Ob/Gyn Residency Programs: How Will We Train Primary Care Physicians? How Will We Document it?.

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This study's objective was to determine how primary care data can be incorporated into residency data collection efforts to document primary care training in light of the specialty's current direction. A survey was sent to program directors of 272 accredited residency programs in the United States and Canada to assess resident data collection. The survey included a determination of methods for accurately collecting primary care data. As part of the larger grant funded residency data collection project for our department, we developed a paperless closed loop data collection system that included standard ob/gyn primary care related procedure and diagnosis specific data. Of the 272 accredited programs surveyed, 144 (52.9%) responded. Only 8.3% (12) of program directors indicated having a method for collecting any primary care data. Using our new data collection system over a 6-month period, our program was able to document primary care encounters such as smoking cessation, nutrition counseling, and immunizations. Based on these data, it would be possible to adjust either the program or an individual resident's clinical experience. As increasing numbers of residency programs begin to incorporate primary care into their training programs, the ability to record patient encounters in a database including hypertension, diabetes, substance abuse, smoking cessation, general health screening, wellness counseling, and other non-gynecologic problems will be crucial to document primary care training. Similarly, such procedures as immunizations, breast aspirations, and sigmoidoscopy could be documented.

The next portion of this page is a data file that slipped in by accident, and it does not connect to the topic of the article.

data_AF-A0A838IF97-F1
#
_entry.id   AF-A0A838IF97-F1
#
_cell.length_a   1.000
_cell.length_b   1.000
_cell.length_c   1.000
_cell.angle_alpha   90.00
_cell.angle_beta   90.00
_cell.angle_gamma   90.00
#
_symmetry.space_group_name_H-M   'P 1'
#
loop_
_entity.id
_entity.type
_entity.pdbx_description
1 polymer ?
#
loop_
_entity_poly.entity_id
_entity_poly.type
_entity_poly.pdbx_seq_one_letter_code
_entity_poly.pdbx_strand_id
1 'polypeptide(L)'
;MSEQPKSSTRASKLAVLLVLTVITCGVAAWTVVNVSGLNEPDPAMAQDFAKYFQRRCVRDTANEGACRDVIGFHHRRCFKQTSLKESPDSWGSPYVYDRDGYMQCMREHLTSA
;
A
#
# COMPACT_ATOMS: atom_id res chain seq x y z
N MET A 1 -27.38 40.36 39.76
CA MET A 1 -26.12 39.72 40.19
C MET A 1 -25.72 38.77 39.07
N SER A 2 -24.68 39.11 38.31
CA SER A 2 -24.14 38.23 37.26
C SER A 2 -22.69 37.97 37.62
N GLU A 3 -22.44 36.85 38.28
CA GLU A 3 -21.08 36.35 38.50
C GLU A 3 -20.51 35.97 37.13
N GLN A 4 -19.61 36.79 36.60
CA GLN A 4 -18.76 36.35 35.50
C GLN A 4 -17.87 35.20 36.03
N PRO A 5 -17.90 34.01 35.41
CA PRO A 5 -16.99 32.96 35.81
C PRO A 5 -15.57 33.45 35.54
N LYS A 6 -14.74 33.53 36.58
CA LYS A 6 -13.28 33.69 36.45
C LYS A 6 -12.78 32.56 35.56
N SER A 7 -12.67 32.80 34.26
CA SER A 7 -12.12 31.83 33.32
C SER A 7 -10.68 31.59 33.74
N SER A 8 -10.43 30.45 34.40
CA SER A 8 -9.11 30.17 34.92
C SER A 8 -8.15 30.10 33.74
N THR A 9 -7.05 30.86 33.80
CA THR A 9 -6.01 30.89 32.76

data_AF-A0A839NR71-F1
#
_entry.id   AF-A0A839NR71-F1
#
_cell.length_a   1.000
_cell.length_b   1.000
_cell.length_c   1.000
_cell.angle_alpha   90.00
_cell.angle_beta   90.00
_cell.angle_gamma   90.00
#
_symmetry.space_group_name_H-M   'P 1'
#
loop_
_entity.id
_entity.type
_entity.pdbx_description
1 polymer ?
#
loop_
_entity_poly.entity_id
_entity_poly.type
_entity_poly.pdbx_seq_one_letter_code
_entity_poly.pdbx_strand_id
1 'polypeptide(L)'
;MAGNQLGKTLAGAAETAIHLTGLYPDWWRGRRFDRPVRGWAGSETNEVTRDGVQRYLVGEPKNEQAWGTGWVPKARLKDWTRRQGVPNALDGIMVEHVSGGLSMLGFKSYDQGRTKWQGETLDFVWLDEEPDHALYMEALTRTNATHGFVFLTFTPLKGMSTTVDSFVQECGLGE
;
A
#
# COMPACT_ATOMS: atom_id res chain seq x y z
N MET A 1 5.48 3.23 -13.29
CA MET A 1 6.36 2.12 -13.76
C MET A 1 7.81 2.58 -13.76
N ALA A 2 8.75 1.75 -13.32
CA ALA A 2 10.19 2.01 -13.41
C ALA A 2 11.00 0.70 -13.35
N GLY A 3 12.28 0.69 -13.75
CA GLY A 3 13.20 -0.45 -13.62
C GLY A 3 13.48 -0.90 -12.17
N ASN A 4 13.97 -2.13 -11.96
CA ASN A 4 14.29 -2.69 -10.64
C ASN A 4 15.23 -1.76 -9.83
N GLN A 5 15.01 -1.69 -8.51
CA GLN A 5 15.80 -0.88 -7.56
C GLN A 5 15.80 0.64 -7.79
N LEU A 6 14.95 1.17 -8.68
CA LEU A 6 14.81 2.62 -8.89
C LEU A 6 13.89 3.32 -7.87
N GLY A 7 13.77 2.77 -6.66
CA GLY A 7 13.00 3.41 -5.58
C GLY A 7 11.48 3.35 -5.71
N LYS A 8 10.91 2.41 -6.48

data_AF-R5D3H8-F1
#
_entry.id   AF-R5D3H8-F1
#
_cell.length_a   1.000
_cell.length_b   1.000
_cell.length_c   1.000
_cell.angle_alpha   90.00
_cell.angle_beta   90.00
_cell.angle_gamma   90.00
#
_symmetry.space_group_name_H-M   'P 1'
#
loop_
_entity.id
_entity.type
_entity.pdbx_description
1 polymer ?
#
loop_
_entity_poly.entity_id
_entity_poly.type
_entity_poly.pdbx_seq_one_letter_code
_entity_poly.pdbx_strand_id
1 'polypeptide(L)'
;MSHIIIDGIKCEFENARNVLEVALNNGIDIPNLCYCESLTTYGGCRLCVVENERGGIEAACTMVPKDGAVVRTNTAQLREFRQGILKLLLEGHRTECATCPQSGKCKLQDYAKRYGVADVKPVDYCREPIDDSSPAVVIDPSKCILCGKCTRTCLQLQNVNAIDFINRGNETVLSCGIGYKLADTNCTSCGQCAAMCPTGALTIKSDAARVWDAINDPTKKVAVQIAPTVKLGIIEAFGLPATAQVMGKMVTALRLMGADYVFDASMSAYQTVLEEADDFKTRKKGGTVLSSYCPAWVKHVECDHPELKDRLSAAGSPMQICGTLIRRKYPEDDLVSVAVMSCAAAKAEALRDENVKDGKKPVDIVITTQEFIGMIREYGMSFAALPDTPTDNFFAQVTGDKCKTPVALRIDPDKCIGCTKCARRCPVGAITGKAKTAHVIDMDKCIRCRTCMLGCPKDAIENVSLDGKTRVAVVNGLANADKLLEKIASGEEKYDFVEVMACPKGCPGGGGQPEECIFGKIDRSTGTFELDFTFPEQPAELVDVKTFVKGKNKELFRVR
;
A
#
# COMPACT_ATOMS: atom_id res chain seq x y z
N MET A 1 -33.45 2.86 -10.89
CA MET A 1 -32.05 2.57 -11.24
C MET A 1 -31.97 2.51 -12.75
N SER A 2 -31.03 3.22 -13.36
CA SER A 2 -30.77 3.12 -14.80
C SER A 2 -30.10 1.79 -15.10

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Obstetrics and Gynecology


Department of Obstetrics and Gynecology, Department of Obstetrics and Gynecology Residents

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